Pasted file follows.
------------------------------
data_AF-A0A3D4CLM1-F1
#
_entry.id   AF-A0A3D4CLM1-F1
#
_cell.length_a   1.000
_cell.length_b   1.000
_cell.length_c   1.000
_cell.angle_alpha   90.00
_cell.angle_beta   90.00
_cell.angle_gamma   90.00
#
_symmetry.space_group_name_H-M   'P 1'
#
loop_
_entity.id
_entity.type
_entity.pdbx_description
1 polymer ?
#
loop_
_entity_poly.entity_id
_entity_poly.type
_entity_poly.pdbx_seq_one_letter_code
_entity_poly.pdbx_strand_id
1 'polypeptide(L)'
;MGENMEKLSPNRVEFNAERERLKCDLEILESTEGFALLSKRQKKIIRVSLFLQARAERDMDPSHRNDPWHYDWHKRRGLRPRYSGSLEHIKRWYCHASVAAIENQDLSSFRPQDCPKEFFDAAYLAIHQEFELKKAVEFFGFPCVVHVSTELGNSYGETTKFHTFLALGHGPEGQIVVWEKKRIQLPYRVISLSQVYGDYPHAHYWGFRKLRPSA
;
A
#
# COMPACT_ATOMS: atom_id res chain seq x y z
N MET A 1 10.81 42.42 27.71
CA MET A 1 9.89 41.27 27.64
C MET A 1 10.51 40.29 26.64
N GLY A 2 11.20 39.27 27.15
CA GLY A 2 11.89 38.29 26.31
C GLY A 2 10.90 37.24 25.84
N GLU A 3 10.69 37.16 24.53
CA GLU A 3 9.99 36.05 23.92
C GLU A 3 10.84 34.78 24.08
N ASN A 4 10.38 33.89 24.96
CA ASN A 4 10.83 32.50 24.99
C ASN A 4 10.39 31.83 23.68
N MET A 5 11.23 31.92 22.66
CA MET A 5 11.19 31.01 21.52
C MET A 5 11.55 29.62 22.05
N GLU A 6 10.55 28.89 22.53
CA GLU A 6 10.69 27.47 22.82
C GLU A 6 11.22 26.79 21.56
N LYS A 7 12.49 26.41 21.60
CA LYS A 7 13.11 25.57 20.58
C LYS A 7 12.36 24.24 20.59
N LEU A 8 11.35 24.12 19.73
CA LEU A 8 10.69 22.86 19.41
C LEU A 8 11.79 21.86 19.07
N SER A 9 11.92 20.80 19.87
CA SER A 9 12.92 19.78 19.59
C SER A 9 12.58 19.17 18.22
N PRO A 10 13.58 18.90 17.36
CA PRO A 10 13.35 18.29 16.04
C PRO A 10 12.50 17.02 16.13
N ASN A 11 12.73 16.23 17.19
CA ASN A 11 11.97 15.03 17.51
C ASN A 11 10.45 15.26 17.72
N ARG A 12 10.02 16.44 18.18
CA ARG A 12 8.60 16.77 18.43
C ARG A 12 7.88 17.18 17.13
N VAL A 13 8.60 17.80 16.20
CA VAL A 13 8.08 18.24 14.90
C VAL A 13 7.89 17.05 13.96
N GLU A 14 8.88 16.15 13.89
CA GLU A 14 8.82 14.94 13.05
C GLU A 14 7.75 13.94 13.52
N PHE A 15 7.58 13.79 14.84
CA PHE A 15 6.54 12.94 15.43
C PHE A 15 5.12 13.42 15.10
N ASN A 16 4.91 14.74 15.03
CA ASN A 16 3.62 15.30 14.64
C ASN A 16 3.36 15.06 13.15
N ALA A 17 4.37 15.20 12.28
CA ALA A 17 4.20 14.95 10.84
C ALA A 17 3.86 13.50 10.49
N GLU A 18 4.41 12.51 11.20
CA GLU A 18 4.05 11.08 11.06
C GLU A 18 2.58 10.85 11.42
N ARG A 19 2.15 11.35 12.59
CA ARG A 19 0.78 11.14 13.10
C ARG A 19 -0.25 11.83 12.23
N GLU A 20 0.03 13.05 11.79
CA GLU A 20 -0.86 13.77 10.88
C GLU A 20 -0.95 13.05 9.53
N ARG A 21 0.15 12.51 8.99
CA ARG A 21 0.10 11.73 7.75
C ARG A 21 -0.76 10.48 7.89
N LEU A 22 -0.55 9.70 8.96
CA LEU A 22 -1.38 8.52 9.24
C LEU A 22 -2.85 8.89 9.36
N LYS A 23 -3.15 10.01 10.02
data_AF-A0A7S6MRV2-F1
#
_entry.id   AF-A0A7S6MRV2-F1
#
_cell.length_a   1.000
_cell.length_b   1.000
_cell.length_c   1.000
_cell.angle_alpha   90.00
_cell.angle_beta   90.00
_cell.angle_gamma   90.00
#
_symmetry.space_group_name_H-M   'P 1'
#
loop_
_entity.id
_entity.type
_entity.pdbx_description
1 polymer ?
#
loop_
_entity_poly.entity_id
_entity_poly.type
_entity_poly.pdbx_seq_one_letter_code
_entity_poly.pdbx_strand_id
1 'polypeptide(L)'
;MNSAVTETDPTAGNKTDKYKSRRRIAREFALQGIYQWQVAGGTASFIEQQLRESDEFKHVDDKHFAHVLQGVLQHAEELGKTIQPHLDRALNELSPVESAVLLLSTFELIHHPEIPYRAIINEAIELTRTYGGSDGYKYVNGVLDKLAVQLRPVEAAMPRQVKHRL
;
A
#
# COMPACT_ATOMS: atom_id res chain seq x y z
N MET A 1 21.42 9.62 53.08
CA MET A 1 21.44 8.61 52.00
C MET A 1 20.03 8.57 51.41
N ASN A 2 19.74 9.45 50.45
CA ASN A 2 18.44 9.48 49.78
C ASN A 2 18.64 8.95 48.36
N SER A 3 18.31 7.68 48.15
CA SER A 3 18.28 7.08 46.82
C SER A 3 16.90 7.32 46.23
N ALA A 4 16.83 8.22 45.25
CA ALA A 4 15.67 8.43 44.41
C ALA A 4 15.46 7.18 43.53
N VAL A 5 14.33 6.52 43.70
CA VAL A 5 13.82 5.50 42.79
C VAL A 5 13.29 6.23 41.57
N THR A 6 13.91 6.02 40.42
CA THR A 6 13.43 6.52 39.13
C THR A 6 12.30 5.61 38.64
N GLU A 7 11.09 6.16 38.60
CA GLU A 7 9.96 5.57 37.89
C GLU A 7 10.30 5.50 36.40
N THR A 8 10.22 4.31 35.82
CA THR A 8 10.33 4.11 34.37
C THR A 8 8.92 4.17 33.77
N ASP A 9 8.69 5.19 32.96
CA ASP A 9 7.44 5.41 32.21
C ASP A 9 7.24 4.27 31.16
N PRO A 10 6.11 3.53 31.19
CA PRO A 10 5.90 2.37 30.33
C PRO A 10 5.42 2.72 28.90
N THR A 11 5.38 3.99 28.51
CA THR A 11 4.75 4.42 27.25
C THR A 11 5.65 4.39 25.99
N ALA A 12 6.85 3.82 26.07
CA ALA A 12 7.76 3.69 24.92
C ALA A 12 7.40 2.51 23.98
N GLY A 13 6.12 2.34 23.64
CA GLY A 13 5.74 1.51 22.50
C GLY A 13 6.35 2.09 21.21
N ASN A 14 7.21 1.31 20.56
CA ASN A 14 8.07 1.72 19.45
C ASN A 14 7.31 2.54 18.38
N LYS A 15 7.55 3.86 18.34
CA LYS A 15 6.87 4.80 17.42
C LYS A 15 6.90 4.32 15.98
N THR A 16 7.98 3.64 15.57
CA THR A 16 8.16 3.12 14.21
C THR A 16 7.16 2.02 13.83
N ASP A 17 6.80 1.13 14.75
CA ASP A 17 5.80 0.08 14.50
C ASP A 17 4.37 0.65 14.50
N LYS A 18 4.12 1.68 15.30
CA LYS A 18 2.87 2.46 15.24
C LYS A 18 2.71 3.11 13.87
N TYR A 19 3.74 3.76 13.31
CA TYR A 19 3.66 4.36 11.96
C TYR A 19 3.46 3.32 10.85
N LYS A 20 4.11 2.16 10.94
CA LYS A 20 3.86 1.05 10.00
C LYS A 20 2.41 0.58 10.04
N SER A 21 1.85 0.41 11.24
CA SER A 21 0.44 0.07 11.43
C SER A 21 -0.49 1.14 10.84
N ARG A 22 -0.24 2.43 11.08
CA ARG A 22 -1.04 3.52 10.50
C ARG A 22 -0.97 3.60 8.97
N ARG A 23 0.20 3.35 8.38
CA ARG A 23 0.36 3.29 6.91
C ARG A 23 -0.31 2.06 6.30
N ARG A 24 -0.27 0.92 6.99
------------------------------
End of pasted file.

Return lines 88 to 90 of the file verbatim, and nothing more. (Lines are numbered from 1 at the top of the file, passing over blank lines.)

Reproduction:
N GLU A 20 0.03 13.05 11.79
CA GLU A 20 -0.86 13.77 10.88
C GLU A 20 -0.95 13.05 9.53